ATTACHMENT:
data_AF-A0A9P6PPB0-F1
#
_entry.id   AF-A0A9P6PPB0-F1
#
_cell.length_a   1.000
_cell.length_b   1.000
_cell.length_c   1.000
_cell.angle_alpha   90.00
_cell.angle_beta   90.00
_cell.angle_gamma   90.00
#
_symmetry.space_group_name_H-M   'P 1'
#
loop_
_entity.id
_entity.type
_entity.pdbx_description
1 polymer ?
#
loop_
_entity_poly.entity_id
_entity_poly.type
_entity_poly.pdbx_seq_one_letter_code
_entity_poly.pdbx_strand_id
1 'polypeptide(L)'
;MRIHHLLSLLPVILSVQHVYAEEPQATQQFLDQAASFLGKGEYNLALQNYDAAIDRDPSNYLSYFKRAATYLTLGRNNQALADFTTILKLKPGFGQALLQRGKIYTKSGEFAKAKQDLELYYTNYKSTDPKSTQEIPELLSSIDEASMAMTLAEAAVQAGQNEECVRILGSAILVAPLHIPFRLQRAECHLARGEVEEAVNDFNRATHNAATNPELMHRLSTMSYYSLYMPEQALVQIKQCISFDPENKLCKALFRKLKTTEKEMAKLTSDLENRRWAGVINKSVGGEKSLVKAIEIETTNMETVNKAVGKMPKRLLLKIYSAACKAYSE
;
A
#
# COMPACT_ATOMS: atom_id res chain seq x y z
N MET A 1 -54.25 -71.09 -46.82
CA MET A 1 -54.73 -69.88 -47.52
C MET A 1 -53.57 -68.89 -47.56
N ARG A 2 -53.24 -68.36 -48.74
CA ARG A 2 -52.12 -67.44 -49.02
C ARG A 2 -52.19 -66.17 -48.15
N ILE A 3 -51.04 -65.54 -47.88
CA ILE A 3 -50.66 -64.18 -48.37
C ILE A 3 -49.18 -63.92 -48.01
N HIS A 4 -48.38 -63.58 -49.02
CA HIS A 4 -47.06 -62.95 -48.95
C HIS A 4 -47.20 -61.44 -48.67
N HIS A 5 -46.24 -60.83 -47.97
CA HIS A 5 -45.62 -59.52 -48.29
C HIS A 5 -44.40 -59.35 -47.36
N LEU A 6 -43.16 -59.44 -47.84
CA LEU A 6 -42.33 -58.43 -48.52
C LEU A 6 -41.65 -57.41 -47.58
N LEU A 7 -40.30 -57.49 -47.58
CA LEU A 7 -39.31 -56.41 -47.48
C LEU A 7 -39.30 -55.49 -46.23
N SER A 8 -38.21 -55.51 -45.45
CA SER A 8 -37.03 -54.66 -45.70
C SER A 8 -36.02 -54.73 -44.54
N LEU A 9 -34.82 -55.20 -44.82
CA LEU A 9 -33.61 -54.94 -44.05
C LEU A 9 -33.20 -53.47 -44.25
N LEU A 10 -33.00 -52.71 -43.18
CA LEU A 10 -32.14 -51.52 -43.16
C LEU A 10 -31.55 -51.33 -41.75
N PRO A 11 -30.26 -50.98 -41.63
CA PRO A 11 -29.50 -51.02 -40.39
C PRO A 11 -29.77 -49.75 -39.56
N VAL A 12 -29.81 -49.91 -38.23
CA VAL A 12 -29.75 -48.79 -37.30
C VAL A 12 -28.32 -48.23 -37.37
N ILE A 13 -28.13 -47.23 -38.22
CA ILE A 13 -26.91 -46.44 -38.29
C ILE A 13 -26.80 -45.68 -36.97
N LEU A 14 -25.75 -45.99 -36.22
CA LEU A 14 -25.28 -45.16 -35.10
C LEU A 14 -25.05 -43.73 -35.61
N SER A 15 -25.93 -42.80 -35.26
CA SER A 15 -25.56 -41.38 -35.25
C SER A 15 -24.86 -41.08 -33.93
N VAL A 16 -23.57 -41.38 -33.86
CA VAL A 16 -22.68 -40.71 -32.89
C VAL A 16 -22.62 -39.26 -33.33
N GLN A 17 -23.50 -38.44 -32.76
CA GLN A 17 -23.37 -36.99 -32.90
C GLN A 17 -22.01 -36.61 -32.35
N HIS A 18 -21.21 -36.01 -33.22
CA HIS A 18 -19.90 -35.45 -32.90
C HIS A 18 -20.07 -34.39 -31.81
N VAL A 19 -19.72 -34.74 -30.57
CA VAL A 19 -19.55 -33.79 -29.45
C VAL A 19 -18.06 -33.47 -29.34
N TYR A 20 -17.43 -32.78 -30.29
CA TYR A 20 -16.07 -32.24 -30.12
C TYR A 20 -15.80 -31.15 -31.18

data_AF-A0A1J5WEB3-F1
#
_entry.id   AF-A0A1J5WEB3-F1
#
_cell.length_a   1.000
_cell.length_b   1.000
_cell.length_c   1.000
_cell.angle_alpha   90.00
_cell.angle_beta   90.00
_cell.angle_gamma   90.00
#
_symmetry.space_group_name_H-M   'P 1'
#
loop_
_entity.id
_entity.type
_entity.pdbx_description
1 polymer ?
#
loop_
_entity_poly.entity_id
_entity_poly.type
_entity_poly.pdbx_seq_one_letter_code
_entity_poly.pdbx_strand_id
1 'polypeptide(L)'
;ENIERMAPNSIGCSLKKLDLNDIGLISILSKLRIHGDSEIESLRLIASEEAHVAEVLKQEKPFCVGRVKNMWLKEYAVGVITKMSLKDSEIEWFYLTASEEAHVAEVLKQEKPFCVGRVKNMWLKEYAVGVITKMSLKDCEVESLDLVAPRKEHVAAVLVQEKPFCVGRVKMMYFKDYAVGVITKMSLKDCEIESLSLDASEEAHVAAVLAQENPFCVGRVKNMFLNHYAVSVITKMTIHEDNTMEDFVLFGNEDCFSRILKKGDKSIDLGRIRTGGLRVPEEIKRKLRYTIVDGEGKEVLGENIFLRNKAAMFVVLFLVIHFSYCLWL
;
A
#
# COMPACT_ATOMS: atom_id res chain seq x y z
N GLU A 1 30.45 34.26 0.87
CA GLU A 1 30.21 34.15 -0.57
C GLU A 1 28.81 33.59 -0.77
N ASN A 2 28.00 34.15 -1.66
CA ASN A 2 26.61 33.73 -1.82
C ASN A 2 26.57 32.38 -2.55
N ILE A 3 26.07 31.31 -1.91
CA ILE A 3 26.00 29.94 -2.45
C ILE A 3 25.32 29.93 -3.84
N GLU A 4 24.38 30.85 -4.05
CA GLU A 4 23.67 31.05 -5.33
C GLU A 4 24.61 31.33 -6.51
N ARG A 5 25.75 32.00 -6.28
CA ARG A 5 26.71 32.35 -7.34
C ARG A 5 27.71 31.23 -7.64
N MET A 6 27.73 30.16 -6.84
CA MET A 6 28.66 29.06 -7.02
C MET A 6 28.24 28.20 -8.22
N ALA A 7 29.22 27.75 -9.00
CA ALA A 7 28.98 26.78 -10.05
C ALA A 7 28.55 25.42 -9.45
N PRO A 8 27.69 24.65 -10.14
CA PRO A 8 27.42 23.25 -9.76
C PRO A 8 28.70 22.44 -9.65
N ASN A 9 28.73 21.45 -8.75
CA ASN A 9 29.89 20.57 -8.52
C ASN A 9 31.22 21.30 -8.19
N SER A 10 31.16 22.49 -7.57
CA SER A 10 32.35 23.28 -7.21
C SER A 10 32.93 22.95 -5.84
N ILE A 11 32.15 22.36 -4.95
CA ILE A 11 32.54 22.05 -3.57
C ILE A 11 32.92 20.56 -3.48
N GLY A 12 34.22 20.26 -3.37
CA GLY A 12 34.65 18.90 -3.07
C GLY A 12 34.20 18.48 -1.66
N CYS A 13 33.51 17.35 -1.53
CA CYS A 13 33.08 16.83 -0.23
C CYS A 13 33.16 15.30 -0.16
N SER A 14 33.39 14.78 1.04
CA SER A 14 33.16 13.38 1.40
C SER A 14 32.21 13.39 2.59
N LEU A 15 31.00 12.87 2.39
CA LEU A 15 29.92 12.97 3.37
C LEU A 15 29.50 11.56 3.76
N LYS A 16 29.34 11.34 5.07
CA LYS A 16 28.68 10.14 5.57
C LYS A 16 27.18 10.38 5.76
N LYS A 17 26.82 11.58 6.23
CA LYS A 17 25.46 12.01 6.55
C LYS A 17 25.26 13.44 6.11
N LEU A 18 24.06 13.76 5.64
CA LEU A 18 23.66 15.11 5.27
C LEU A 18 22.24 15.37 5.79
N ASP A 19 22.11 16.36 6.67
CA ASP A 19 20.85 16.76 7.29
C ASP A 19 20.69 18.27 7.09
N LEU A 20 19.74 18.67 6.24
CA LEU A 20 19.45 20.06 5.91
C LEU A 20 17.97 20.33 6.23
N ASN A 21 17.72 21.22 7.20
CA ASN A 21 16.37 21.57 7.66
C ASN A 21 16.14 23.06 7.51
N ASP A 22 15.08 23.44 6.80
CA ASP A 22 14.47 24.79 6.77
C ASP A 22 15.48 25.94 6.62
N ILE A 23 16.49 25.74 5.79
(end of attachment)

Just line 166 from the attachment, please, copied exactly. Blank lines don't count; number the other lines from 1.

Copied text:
N LYS A 16 29.34 11.34 5.07